A temporary investment bubble emerged as many companies lacked the technology or business expertise to obtain profits. Dot.coms such as,,, GeoCities,,,,, and failed for a variety of reasons but mainly flawed business plans and the premature expenditure of investment capital.

Similarly, many carriers such as Global Crossing, WorldCom, and ISPs overestimated web traffic and built excess capacity. In the wake of the crash in 2000 and the telecom crash in 2002, many ISPs filed for bankruptcy, including Wall Street darlings like Covad, Excite@home, NorthPoint, PSINet, Rhythms NetConnections, and Winstar Communications.

The broadband industry changed significantly after the 2000 election. The technological infrastructure was significantly devastated by the crash of 2000 and the telecom crash of 2002.

Furthermore, Internet policy changed when the Bush administration was reelected in 2004. The FCC revoked Computer II in 2005 when it redefined carrier-based broadband as an information service.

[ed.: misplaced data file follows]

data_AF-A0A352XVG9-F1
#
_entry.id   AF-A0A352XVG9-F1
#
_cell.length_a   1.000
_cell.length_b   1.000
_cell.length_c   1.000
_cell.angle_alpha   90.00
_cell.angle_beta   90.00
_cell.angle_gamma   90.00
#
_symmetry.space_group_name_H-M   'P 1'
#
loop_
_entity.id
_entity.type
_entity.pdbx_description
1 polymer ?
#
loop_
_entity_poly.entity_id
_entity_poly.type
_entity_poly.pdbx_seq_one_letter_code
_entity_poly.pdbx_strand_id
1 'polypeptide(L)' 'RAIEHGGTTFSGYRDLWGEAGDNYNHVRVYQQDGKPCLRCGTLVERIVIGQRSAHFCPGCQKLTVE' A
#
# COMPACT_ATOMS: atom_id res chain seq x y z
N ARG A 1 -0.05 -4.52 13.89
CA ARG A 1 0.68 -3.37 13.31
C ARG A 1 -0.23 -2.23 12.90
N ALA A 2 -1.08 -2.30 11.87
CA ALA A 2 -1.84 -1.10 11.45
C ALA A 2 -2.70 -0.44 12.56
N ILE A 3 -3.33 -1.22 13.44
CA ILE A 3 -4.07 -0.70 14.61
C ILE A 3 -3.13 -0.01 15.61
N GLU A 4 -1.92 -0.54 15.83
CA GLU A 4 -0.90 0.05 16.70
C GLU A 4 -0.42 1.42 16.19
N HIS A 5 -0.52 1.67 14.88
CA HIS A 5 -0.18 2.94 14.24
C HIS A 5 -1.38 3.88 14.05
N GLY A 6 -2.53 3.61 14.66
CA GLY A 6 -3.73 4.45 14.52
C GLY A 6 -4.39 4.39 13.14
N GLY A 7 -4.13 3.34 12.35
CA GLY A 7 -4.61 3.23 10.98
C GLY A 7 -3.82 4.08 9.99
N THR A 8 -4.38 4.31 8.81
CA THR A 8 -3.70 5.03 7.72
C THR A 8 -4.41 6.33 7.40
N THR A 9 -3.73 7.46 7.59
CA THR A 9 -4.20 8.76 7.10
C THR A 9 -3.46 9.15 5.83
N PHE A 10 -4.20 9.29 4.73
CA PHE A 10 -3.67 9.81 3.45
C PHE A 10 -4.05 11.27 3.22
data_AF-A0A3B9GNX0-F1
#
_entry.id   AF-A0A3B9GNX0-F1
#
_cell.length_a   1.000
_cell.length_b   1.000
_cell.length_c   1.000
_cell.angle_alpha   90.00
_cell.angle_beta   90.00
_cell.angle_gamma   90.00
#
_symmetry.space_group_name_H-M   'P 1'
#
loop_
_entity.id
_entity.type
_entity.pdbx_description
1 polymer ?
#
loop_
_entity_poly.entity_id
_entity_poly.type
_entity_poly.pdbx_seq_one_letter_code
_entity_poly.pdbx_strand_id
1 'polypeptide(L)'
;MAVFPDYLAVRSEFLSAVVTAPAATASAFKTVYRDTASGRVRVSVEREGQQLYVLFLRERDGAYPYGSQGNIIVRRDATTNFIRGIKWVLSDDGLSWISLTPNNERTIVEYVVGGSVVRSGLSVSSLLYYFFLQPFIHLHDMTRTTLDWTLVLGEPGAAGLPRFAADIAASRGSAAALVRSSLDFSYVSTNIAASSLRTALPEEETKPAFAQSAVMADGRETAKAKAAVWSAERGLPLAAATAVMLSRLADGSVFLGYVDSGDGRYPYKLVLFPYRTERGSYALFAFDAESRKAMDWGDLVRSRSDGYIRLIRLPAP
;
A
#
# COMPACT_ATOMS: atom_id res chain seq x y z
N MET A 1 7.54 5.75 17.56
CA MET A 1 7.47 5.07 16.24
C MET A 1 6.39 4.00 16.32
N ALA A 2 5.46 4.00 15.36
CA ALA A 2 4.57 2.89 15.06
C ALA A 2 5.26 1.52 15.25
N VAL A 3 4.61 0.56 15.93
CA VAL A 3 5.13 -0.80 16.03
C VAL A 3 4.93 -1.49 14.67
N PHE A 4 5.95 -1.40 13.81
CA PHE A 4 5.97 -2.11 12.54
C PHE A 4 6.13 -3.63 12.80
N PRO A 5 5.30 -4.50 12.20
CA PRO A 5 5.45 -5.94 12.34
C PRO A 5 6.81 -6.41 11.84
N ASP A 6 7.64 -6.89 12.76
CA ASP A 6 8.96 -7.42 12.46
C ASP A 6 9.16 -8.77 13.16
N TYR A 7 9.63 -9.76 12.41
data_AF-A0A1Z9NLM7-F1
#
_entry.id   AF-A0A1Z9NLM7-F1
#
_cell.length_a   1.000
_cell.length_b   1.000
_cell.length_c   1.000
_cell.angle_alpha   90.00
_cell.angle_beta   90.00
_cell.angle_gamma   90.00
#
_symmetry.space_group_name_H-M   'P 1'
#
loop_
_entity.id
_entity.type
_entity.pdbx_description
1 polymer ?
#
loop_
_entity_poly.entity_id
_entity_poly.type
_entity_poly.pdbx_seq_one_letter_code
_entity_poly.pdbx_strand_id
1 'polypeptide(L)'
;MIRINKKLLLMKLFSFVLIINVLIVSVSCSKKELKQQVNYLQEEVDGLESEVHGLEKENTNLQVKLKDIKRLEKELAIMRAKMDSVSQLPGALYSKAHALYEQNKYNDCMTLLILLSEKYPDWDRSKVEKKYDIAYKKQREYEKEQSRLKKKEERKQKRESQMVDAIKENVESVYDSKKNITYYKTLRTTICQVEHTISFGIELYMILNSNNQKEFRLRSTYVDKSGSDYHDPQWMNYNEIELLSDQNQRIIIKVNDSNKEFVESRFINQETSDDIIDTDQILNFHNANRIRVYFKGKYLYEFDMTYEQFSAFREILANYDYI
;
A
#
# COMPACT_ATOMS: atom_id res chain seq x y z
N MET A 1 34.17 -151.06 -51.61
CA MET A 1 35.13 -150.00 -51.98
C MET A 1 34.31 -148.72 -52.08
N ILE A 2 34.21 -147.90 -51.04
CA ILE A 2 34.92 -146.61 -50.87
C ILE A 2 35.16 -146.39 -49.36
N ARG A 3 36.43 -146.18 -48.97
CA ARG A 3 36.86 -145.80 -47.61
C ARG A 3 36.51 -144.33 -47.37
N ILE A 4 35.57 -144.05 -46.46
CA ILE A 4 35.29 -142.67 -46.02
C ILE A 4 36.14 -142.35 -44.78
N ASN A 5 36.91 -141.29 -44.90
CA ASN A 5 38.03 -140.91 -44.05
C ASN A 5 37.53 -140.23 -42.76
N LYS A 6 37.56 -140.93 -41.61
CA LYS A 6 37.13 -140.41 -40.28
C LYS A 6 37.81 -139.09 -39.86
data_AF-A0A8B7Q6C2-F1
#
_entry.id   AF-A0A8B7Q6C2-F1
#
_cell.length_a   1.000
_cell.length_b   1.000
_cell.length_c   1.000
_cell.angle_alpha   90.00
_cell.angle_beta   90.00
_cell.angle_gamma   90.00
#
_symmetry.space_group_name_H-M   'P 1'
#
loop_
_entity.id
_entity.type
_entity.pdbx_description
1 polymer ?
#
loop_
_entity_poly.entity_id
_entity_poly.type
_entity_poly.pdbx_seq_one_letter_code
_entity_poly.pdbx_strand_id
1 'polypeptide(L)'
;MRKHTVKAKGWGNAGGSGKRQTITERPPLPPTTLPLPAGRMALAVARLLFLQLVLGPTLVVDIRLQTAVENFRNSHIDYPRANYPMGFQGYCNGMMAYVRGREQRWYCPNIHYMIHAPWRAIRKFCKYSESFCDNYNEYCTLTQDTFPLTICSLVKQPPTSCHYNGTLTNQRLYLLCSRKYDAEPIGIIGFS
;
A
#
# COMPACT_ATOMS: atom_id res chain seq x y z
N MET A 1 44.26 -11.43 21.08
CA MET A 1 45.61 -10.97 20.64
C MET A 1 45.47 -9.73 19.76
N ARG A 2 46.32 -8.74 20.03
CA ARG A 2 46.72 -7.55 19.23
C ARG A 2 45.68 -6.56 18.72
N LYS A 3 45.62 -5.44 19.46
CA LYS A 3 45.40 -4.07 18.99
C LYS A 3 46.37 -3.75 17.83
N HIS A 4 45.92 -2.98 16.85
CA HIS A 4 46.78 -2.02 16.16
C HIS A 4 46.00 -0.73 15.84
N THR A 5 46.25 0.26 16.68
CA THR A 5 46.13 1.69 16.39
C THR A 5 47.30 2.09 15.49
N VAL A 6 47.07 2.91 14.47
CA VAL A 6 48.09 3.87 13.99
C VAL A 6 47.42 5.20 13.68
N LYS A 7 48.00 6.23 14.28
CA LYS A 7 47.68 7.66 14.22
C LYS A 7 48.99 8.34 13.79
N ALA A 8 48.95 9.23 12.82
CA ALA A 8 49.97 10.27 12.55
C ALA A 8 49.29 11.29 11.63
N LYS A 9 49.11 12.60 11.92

This meant that broadband was effectively not regulated and telcos could go on to compete with the ISPs. Instead of offering backbone services and being required to interconnect with the ISPs, they became ISPs and were no longer required to provide ISPs their connection to the Internet. The competitive environment that nurtured Internet growth was effectively decimated.



AnthonybwAnthony J. Pennings, PhD is Professor of the Department of Technology and Society, State University of New York, Korea. Before joining SUNY, he taught at Hannam University in South Korea and from 2002-2012 was on the faculty of New York University. Previously, he taught at St. Edwards University in Austin, Texas, Marist College in New York, and Victoria University in New Zealand. He has also spent time as a Fellow at the East-West Center in Honolulu, Hawaii.


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    Professor at State University of New York (SUNY) Korea since 2016. Moved to Austin, Texas in August 2012 to join the Digital Media Management program at St. Edwards University. Spent the previous decade on the faculty at New York University teaching and researching information systems, digital economics, and strategic communications.